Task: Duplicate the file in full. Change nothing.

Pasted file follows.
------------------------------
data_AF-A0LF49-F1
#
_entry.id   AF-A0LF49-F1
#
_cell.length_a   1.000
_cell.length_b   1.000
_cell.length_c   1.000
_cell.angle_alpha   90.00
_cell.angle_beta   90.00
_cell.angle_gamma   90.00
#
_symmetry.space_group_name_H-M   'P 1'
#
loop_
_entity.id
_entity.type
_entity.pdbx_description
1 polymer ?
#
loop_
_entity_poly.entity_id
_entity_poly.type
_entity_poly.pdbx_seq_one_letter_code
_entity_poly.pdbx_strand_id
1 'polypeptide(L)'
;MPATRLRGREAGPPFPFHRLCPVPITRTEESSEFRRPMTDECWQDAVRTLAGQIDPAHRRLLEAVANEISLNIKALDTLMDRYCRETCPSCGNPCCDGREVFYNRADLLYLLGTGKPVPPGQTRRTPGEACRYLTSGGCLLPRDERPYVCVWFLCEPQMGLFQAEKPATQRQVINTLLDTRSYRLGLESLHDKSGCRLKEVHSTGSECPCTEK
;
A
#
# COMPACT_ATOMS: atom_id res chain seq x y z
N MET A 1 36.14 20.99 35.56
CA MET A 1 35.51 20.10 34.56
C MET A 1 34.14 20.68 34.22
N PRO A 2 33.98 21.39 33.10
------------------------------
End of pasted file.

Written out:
data_AF-A0LF49-F1
#
_entry.id   AF-A0LF49-F1
#
_cell.length_a   1.000
_cell.length_b   1.000
_cell.length_c   1.000
_cell.angle_alpha   90.00
_cell.angle_beta   90.00
_cell.angle_gamma   90.00
#
_symmetry.space_group_name_H-M   'P 1'
#
loop_
_entity.id
_entity.type
_entity.pdbx_description
1 polymer ?
#
loop_
_entity_poly.entity_id
_entity_poly.type
_entity_poly.pdbx_seq_one_letter_code
_entity_poly.pdbx_strand_id
1 'polypeptide(L)'
;MPATRLRGREAGPPFPFHRLCPVPITRTEESSEFRRPMTDECWQDAVRTLAGQIDPAHRRLLEAVANEISLNIKALDTLMDRYCRETCPSCGNPCCDGREVFYNRADLLYLLGTGKPVPPGQTRRTPGEACRYLTSGGCLLPRDERPYVCVWFLCEPQMGLFQAEKPATQRQVINTLLDTRSYRLGLESLHDKSGCRLKEVHSTGSECPCTEK
;
A
#
# COMPACT_ATOMS: atom_id res chain seq x y z
N MET A 1 36.14 20.99 35.56
CA MET A 1 35.51 20.10 34.56
C MET A 1 34.14 20.68 34.22
N PRO A 2 33.98 21.39 33.10